Tel Aviv Stock Exchange slides amid fears over the coronavirus outbreak

European shares also slumped across the board on Monday.

A man stands in front of an electronic board displaying market data at the Tel Aviv Stock Exchange, in Tel Aviv, Israel (photo credit: REUTERS/BAZ RATNER)
A man stands in front of an electronic board displaying market data at the Tel Aviv Stock Exchange, in Tel Aviv, Israel
(photo credit: REUTERS/BAZ RATNER)
The opening of the Tel Aviv Stock Exchange was delayed on Monday morning for over half an hour as stocks continued their sharp decline amid fears over the novel coronavirus outbreak.
The exchange’s “circuit breaker” mechanism was activated due to volatility in the market exceeding 5%. At closing, stocks on the exchange’s flagship TA-35 index slumped by 6.53% and the TA-125 index dropped by 6.63%.
The slump continued negative trends experienced since trading commenced this week, with the TA-35 dropping by 4.78% on Sunday as it mirrored severe declines recorded across international markets.
As oil prices crashed on Monday, due to the impact of the coronavirus and a price war between Russia and Saudi Arabia, Israeli energy companies registered the greatest losses. Shares in Delek Group dropped by 24.1% after dropping by 30.8% on Sunday.
One notable gainer was Opko Health, which climbed 4.38% on Monday after announcing last week that its BioReference Laboratories subsidiary would provide a diagnostic test for the novel coronavirus across the US.
Ittai Ben-Zeev, the CEO of the Tel Aviv Stock Exchange, said the circuit breaker was activated to “allow investors time to make informed decisions,” and relies on technology to act in the same manner when facing similarly extreme peaks and valleys. The exchange will be closed on Tuesday for the Purim holiday.
“Throughout history, the stock exchange has been responding to short-term economic crises – in a similar vein to world markets – which express uncertainty but, in the long run, the stock exchange has demonstrated stability and corrected itself,” said Ben-Zeev.
“The Israeli economy and capital market are strong and we believe that the State of Israel and its leaders will act responsibly and with leadership to help the economy overcome this crisis.”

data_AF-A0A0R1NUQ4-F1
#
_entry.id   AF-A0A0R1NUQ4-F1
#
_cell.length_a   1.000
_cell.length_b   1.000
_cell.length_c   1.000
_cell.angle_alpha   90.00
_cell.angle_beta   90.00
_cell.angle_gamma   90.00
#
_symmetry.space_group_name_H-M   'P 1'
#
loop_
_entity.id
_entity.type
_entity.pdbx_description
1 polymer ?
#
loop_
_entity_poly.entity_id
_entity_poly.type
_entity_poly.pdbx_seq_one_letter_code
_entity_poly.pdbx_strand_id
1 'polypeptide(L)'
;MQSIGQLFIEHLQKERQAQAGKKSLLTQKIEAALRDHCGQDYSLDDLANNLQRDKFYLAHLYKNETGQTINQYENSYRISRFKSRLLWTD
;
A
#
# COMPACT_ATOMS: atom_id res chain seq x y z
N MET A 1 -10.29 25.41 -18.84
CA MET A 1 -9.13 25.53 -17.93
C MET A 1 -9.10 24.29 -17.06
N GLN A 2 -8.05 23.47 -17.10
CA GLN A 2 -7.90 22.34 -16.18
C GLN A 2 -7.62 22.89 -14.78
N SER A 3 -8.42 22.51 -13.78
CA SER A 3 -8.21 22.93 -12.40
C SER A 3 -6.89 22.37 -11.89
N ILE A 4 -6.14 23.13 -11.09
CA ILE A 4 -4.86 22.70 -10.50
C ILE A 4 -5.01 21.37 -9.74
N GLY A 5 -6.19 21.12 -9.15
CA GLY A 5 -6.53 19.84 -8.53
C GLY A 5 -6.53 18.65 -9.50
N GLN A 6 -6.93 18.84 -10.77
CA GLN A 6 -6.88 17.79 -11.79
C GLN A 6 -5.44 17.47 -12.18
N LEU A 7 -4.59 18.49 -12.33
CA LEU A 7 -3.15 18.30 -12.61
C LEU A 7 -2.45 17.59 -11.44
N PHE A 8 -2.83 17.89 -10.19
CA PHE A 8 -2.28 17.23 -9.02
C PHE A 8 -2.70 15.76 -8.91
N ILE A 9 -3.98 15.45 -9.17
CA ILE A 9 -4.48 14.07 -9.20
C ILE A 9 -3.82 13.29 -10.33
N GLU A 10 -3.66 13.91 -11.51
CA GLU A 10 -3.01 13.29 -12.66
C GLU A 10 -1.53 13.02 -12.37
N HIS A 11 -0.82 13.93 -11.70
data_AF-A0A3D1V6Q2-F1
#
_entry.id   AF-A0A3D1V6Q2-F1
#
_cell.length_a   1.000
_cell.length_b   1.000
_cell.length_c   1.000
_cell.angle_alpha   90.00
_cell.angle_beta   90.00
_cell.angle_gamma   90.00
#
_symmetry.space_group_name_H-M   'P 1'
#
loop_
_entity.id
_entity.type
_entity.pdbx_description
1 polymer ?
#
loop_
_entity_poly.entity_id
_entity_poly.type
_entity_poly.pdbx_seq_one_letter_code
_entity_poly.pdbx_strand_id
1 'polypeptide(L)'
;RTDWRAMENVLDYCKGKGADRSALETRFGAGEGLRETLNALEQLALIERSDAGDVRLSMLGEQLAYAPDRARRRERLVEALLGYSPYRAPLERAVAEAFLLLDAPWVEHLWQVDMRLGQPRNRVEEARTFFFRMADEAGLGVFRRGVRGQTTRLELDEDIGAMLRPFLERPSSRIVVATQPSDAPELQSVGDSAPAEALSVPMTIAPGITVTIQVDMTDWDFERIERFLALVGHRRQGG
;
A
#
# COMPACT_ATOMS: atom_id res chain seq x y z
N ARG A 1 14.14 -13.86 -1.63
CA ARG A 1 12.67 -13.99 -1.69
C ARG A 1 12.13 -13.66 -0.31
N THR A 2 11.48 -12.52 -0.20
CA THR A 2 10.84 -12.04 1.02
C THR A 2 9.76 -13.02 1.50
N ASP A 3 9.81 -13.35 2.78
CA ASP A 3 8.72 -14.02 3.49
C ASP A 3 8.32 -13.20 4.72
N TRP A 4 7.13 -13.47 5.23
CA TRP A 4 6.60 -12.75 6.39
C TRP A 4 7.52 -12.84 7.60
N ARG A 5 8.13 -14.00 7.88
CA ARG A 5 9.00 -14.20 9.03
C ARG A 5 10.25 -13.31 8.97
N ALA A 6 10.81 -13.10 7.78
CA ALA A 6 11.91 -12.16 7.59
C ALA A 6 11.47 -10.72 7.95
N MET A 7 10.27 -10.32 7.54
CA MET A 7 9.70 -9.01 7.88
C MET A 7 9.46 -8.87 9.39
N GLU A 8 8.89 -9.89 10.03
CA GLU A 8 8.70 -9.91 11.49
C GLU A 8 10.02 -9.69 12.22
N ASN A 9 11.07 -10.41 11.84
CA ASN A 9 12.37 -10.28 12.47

US stock markets plummeted on Monday, having sold off in the past two weeks on fears the outbreak would push the global economy into a recession, triggering a brief trading halt on the New York Stock Exchange. The benchmark S&P 500 and the Dow were down more than 7%.
US President Donald Trump, who has repeatedly played down the threat posed by the flu-like virus sweeping the globe, was planning to meet with Treasury Secretary Steven Mnuchin and other members of his economic team to weigh possible action, an administration official told Reuters.
US House of Representatives Speaker Nancy Pelosi, the top Democrat in Congress, said the plunge suggested investors lacked confidence in the Trump administration’s coronavirus battle plan.
Trump, who often points to the stock market as a gauge of his economic record, criticized news media organizations’ coverage of the outbreak in a tweet and accused Democrats of hyping the situation “far beyond what the facts would warrant.”
Trump blamed a fight for oil market share between Saudi Arabia and Russia, as well as unspecified “Fake News,” for a precipitous drop in US stock prices on Monday, amid a sliding demand for crude due to the coronavirus.
In a series of tweets, Trump also said the associated plunge in oil prices would benefit Americans: “Good for the consumer, gasoline prices coming down!”
In referring to “Fake News,” Trump appeared to be referring to coverage of the coronavirus.
The spread of the virus around the world – and a mounting death toll from COVID-19, the disease it causes – has rattled global markets.
Throughout his presidency, Trump, who faces reelection in November, has frequently pointed to rising stock prices and record-high market indexes as a signal of the American economy’s health.
“Saudi Arabia and Russia are arguing over the price and flow of oil. That, and the Fake News, is the reason for the market drop,” Trump wrote on Twitter.
In a separate tweet, he downplayed the impact of the coronavirus, comparing the number of American lives it has taken to the greater number of deaths from seasonal influenza.
“Nothing is shut down, life & the economy go on,” he wrote. “Think about that!”